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Annenberg School of Communication and Journalism University of Southern California


The most exciting part about news is that you never know what will happen next. This rush drives my passion for this industry. 

As a reporter, hearing breaking news and big stories is exhilarating. 


People swarm around the video wall intently listening to the next thing Athletic Director Pat Haden will say hiring and firing Sark. 


Sending out twitter blasts to find a student at Umpqua Community College after hearing a mass shooting just killed nine students on campus. 


Tracking CNN’s video feed on Newsource to find the latest video on the Pope’s historic visit to America.

If you are lucky…I mean REALLY lucky…cause let’s remember you never know what will happen in a news room on any given day…sometimes the news will break in enough time to gracefully prepare for the show. But, sometimes it will not.  

If there is not much time to dilly dally and decisions must be made very quickly, communication is key. Producers need to make sure MJs and Reporters know exactly what video or interview to get or what information to find by calling on the phone. MJs and Reporters need to keep their producers updated with where they are at in their work. With everyone running in and out of the edit bay and producers screaming over their computers to their teammates, the media center can get hectic. Keeping constant communication can simmer down this chaos.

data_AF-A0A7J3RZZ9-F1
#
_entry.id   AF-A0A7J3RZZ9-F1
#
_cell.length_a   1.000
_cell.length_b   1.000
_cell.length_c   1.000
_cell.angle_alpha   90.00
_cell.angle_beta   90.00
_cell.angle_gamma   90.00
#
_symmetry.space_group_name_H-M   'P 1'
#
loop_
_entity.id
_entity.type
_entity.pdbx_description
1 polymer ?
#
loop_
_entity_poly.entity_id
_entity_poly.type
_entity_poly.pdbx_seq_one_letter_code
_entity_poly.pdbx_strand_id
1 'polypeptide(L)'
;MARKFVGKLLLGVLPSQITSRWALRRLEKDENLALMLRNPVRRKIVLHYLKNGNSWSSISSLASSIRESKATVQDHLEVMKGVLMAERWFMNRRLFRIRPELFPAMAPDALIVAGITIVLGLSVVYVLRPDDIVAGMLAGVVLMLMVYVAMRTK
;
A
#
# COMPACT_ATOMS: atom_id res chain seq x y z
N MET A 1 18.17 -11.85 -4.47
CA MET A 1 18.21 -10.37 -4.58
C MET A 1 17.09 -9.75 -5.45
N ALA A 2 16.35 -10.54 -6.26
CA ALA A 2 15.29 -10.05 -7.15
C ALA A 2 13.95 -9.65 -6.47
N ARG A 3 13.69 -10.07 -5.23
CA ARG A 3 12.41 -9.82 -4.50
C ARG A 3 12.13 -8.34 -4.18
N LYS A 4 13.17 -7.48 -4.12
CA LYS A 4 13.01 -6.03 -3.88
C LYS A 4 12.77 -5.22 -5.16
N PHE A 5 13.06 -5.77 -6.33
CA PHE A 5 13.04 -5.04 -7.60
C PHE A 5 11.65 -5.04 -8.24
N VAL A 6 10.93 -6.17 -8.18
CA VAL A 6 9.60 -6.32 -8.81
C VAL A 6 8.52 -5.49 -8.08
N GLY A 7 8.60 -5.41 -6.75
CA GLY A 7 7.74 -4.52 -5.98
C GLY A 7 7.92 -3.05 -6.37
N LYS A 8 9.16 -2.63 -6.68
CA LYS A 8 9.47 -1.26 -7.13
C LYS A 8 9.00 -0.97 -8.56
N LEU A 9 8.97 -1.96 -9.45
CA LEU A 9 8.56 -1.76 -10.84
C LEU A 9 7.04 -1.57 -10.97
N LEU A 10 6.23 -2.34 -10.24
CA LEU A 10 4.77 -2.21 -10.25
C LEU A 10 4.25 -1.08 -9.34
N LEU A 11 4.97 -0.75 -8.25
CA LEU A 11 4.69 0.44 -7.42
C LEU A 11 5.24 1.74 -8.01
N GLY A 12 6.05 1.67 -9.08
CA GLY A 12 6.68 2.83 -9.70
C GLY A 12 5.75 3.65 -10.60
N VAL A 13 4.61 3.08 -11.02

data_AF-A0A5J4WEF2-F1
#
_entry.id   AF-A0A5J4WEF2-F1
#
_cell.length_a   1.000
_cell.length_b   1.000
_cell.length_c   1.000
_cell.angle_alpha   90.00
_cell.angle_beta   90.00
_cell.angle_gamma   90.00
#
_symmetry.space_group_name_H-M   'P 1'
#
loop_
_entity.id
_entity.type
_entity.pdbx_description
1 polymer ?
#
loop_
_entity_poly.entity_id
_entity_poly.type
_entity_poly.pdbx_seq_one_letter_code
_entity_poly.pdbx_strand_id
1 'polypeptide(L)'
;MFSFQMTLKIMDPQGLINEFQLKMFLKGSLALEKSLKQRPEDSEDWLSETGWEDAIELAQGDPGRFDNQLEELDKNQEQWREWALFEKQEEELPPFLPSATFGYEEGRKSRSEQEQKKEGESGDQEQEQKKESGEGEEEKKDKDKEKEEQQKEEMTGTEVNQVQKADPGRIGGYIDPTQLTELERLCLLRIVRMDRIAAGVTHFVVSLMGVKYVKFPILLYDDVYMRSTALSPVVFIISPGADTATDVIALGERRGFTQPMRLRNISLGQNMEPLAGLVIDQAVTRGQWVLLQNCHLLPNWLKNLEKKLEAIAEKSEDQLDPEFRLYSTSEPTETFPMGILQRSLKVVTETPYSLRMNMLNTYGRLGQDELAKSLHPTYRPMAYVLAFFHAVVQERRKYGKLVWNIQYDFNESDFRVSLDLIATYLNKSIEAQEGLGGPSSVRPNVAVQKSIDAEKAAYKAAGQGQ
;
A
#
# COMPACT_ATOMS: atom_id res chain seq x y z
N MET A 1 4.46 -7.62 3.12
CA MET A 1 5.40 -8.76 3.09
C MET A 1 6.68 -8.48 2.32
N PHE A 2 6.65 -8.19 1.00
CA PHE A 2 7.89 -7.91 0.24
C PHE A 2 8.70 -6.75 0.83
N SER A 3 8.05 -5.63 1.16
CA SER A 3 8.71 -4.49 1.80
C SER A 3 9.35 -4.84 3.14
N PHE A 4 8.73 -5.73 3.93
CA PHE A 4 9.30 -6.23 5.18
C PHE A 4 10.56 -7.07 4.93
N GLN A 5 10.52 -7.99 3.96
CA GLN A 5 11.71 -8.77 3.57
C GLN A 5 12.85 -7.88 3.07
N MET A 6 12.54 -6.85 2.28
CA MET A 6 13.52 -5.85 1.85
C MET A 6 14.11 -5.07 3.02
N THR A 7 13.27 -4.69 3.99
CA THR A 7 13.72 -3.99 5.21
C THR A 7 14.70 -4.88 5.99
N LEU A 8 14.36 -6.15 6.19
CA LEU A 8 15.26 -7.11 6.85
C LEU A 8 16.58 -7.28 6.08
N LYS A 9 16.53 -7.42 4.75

For the 1pm show, big stories will obviously not be developed as much as they are for the 6pm. But, the 1pm show is meant to give an update on what we know right now at that exact moment. It can also be used as a teaser for what viewers can look forward to in the 6pm. 

Social media is a great tool to get big stories out fast. It takes a lot longer to shoot, edit and post video than typing a few character tweet to get information to viewers. 

As a producer, I now know that big stories can take up a majority of your rundown. And the angle does not have to solely focus on what is happening at that specific place. A big story can be broken down into many different angles and pieces. Sometimes, the story can even take a USC angle. This helps our newscast go in-depth on the story rather than just focusing on it at the surface level and reiterating information that viewers probably got from twitter a few hours ago.

Big stories definitely create stress and chaos in the newsroom. There is even more stress if breaking news happens close to airtime. Although it gives me grey hairs and high blood pressure every time, this is what makes this business so fun. 

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